That’s the Breaks

By Audrey W.




When the call for an MVA came into Station 8, the firemen never expected what was waiting for them at the scene.


Pulling overtime away from his usual station, John Gage climbed out of Squad 8, his lower jaw dropped at the rush of water shooting high into the air from a broken fire hydrant. His gaze traveled to the crumpled front end of the station wagon that had plowed into it.


Johnny quickly hurried to gather equipment from the compartments on the passenger side of the squad, his current partner there to assist. Both men took another glance at the sight before them.


“Man, I wonder how the driver managed that,” Johnny remarked. 


“Probably got run off the road.”


The two trotted toward police officer Vince Howard, who was waving them over to his car parked away from the flow of water in the street.


In the meantime, Captain Stone directed one of his engine crew members to grab the shut-off key from the engine to turn off the water at a street valve a half block away. The other two firemen with him stood by, waiting until they could gain access to the car without getting drenched, while he went to see what the paramedics were facing on the other side of the police car.


Stone knew John Gage from when they went through paramedic training in the beginning of the program and had been a captain at Station 8 for several months.




Johnny’s eyes widened as he and his temporary partner came around the rear bumper of the police car and saw who was seated on the sidewalk.




The dark-blond off-duty paramedic gave a wan smile and a brief wave with his right hand.


“Wha. . .how. . .why. . .” Johnny pointed in the direction of the wrecked, soaked car. “Did you. . .?”


“I’m afraid so.”


“Well, are ya all right? Did ya get hurt?”


“He says he’s okay, but I thought it would be better to have him checked out in case,” Vince explained.


“Well, sure,” Johnny agreed. “Sure. What in the world happened?” he asked as he set the biophone and drug box down near DeSoto.


“You won’t believe it. I still don’t believe it.”


“Try me.”


The other on-duty paramedic set the trauma box down near Roy as well and waited as Johnny did a careful thorough once over to check for any sign of injury.


“You know how Joanne’s been telling me the brakes in her car felt funny. . .and I kept telling you I thought she was just imagining things because I didn’t notice anything different when I drove it. And when I took it in to be looked at, the mechanic couldn’t find anything wrong. Then you drove it around awhile back and couldn’t feel anything different either.”


Johnny had nodded after each mention, but verbally acknowledged the last statement.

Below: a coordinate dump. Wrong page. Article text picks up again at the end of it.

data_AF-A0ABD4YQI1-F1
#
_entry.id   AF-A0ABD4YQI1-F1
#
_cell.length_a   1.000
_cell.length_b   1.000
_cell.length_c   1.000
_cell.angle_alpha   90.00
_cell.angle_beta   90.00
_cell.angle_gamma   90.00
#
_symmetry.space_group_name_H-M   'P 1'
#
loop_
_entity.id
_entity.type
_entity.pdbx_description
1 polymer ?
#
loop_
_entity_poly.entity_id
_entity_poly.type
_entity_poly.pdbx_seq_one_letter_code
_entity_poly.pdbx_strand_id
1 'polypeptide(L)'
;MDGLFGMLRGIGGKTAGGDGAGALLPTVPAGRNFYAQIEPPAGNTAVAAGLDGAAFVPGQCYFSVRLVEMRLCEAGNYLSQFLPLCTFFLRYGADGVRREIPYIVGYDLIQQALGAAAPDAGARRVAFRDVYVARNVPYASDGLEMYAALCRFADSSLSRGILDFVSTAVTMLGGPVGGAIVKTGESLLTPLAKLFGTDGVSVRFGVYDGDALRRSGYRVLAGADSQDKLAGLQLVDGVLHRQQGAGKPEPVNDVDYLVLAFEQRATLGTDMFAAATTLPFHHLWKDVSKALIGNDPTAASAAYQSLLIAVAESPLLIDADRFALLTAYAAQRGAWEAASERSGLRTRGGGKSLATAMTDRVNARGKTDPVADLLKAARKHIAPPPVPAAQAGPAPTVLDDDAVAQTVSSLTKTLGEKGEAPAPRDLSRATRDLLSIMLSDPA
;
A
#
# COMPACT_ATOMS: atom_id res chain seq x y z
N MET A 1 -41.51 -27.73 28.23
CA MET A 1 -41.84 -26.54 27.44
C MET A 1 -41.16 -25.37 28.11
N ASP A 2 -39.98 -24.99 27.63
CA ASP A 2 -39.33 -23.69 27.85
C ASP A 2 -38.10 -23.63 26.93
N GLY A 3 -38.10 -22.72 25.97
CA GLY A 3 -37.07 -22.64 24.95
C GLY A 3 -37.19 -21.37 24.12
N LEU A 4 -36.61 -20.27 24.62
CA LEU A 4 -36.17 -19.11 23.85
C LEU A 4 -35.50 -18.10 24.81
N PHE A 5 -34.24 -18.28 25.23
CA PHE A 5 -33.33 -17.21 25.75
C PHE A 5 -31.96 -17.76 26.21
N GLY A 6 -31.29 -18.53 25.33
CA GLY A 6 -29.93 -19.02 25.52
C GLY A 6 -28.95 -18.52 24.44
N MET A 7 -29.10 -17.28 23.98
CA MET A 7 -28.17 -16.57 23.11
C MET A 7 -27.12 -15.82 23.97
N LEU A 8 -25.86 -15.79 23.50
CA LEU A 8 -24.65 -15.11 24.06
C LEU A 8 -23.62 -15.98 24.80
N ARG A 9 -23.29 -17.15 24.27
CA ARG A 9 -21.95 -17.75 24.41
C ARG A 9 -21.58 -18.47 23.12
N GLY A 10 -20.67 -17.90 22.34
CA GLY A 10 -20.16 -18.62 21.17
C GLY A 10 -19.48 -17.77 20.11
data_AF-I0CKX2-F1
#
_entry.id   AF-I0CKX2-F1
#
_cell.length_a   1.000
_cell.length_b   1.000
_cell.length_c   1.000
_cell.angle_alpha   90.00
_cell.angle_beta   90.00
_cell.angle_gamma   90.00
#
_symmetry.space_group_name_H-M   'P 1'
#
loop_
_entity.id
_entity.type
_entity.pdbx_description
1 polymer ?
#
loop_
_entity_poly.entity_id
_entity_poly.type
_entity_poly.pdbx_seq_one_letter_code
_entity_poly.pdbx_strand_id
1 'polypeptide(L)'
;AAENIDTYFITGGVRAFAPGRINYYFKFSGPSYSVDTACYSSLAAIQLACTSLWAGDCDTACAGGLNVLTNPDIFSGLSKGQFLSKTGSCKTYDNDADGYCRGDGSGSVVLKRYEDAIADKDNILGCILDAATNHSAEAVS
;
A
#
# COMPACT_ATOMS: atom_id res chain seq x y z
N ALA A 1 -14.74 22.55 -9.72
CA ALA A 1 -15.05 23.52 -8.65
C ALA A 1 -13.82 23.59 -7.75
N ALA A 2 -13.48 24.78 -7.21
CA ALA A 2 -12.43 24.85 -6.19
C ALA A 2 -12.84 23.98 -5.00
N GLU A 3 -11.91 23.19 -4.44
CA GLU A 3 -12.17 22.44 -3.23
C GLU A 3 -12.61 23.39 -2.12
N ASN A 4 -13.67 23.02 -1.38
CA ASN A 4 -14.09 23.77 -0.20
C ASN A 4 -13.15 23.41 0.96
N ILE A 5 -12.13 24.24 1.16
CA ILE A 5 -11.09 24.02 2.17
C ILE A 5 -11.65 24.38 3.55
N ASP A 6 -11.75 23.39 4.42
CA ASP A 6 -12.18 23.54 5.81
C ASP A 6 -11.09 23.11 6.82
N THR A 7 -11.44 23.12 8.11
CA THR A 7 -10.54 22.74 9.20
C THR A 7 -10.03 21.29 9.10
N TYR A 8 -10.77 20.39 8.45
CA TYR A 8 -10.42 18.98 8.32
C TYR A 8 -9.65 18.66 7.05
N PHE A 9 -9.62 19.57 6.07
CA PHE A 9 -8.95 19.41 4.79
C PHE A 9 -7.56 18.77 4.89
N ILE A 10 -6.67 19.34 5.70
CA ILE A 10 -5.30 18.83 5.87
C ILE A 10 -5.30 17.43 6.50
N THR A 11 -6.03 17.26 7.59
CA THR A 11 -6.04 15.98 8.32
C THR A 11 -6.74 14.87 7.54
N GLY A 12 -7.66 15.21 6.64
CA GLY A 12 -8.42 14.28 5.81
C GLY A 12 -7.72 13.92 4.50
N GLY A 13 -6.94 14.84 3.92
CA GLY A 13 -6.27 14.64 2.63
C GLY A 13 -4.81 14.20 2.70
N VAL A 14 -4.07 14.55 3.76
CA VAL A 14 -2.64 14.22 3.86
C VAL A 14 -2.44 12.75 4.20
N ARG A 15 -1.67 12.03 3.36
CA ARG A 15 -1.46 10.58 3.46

“Uh huh.”


How could he forget? Roy just about drove him crazy when he came into work at Station 51, frustrated because his wife swore there was something wrong with her car many times over and he couldn’t figure out what she was referring to; thus why Johnny had finally offered to check into it as well.  


Gage stopped what he was doing to listen to the rest of what Roy had to say.


“Turns out, she was right.”


The dark-haired paramedic pulled back, a puzzled expression on his face. “You mean. . .?”


“There was something wrong, alright. And what ever it was finally came to a head while I was driving. The brakes went out on me.”


“Went out?” he looked up at the police car roof where the fountain of water shooting up from the hydrant had been visible. It was gone now, the water having been shut off.


Stoney had come around to check on his two men, but instead ended up just listening to what Roy had to say. With a pause in the explanation, he inquired, “Are we going to need an ambulance?”


“I believe so,” Johnny said, which drew a surprised look from Roy. He quickly offered an explanation to the patient. “You can’t hide stuff from someone with a trained eye. You should know that from when I discovered you had tonsillitis again. Remember when Early backed up my diagnosis?”


Roy only wished he could forget that over the past few years. Although even Johnny was surprised at being right once Roy informed him he’d had his tonsils out as a child. Who knew they could grow back?


“You grimaced when I palpated your neck,” Gage was explaining as Roy came out of his thoughts. “It’s very possible you have whiplash.”


Roy frowned. Vince and Johnny exchanged knowing glances. The other paramedic on duty opened the trauma box to get the c-collar he knew they’d need.


“So how did you end up head-on into a fire hydrant?” Johnny wondered. “Did the steering go out, too?”


“No, the car ahead of me suddenly stopped, I had to swerve to miss it. That’s when I found out my brakes were gone. I didn’t even have time to try the emergency brake.”


“Well, look at it this way, Roy,” he said as he sat back on his heels.


“What’s that?”


Gage snorted a laugh. “You won’t have Joanne complaining there’s something wrong with the station wagon’s brakes anymore.”


Roy rolled his eyes at the comment. Somehow he had a feeling he’d be wishing for those days again once his wife started on the ‘I told you so’ phase, which was sure to come next and hang around for awhile.



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